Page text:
For most of the year, the world was looking forward to the arrival of the long-awaited Desktop Factory, as many predicted that they would find the Holy Grail. However, the expectations were in vain, as production faltered in anticipation of the release. Desktop Factory, led by Cathy Lewis, was acquired by 3D Sysytems in 2008, and that was it. As it turned out later, 2007 did become a turning point for the opening of 3D printing technology to a wide audience, although at that moment no one realized that the RepRap phenomenon had already taken root. Dr Bowyer conceived the concept of an open source, self-replicating RepRap 3D printer back in 2004. In the years that followed, the seeds gradually germinated, with major contributions from members of his Bath team, especially Vic Oliver and Rhys Jones, who developed the concept of working prototype 3D printers based on deposition modeling technology. In 2007, shoots began to appear, and the promotion of 3D printing to the masses began to gain momentum.

Adriano Bowyer (left) and Vik Olliver (right)

However, the first commercially available disassembled 3D printer based on the RepRap concept was only put up for sale in January 2009. It was a BfB RapMan 3D printer. MakerBot Industries closely followed this technology, the founders were actively involved in the development of the RepRap printer, until, due to extensive investments, they moved away from the philosophy of open source printers. In 2009, a lot of similar printers appeared, sold in various parts of the world, and this continues to this day. The RepRap phenomenon has spawned a new sector of entry-level commercial 3D printers.

2012 was the year of introducing alternative printing technologies to the entry level market. B9Creator with color LED projection technology (DLP-Digital Light Processing) appeared in June, and Form 1 in December. Both projects were launched with Kickstarter funding and both have been huge successes.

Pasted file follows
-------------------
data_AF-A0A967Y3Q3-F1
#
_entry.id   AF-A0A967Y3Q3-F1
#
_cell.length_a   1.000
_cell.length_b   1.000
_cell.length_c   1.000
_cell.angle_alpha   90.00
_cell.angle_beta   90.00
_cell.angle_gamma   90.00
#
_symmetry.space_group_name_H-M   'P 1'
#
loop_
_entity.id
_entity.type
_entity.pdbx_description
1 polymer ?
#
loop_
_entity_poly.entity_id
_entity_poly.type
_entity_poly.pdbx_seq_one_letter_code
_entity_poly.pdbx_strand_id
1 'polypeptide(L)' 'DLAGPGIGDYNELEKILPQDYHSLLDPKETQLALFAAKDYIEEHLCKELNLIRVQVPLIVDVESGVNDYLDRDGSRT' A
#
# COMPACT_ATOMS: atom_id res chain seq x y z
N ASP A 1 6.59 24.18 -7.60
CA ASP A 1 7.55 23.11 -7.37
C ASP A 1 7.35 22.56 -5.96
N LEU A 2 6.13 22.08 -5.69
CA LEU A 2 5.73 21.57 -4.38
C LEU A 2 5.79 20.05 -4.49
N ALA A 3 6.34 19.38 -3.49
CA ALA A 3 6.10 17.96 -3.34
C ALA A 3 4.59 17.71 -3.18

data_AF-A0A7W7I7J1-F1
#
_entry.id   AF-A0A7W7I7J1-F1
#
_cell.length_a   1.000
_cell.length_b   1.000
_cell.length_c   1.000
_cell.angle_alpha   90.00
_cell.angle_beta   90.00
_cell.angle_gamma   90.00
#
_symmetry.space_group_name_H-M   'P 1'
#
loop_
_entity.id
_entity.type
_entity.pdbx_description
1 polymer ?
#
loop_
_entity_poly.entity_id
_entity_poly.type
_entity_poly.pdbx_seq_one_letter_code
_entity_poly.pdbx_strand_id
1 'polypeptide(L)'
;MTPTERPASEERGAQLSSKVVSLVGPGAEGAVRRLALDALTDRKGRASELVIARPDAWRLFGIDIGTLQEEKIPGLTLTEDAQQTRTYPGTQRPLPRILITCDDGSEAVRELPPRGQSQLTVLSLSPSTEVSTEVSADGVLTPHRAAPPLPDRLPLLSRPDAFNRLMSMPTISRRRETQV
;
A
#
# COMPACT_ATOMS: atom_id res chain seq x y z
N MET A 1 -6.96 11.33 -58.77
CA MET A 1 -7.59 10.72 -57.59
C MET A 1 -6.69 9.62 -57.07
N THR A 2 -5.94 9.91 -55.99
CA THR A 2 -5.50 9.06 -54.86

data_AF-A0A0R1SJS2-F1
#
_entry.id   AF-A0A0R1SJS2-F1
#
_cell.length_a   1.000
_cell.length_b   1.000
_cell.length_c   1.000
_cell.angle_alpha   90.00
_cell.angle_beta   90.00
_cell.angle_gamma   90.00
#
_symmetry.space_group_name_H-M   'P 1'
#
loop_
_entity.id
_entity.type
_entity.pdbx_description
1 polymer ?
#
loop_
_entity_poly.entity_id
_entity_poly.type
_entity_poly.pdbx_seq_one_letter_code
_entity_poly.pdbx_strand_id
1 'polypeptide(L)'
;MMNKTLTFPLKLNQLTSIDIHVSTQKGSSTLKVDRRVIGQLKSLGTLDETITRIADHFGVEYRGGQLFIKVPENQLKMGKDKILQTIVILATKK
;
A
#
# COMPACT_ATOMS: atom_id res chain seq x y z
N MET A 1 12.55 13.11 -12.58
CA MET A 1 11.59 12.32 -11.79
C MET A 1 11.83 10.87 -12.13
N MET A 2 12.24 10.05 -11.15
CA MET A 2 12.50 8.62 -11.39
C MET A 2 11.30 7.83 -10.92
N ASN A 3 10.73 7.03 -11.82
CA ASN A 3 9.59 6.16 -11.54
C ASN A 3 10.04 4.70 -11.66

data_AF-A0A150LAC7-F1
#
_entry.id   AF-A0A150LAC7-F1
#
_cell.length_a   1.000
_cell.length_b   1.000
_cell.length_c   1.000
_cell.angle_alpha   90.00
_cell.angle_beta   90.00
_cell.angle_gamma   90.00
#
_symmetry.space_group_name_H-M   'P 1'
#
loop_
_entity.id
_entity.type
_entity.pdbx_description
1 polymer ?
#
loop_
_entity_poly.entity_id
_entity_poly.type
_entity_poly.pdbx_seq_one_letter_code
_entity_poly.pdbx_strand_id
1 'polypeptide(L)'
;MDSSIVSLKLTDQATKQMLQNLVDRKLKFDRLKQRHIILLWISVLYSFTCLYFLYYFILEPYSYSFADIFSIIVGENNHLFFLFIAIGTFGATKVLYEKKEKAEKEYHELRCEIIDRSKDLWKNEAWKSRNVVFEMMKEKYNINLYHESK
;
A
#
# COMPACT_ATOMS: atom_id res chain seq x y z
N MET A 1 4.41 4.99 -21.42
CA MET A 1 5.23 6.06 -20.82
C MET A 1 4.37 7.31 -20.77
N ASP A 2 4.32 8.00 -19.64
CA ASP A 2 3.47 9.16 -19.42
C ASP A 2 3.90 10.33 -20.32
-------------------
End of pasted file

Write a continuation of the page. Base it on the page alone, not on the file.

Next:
As a result of market divergence, significant shifts at the industry level, and a sharp increase in awareness, 2012 was also the year of the emergence of various media channels. 2013 was a year of significant growth and consolidation in 3D printing technology. One of the most notable events was the acquisition of MakerBot by Stratasys.

There is no denying the impact of 3D printing on the industrial revolution, it shows great potential for future consumers. We can only guess what form this potential will take, still unfolding before us.

3D printing technologies are developing every day, taking their place more and more firmly in many areas of our lives. 3D4U also does not stand still, and today is ready to offer you 3D printing services using FDM / FFF technologies and jewelry printing using DLP technology using the B9 3D printer described aboveCreator. Almost everyone has heard about 3D pens. Many have tried them, many have them. So, perhaps, this gadget will surprise no one. And, probably, if there is a 3D printer at home, then the pen against its background will look very funny. But... Do not rush, a 3D pen can become an indispensable assistant and a very handy tool for any maker. Now, using my example, I will show how easy it is to save a three-dimensional model that took 41 hours to print using a 3D pen.

Let's start by inspecting the gadget.

Everything is standard, the box contains instructions, power supply and the pen itself.

Power supply cable length 1.4 m, should be enough for most outlets near tables.

12 volt, 3 amp power supply.

At idle, it easily gives out the declared volts, I didn’t measure the current, sorry. Let's go straight to the test.

Handle like a handle. Of the interesting - this is the specified nozzle diameter - 0.7 mm. A big plus for me personally is that the pen is omnivorous. You can print both PLA and ABS. There is also a manual temperature control.

Mode selection is intuitive. You just need to press the buttons on the sides of the screen.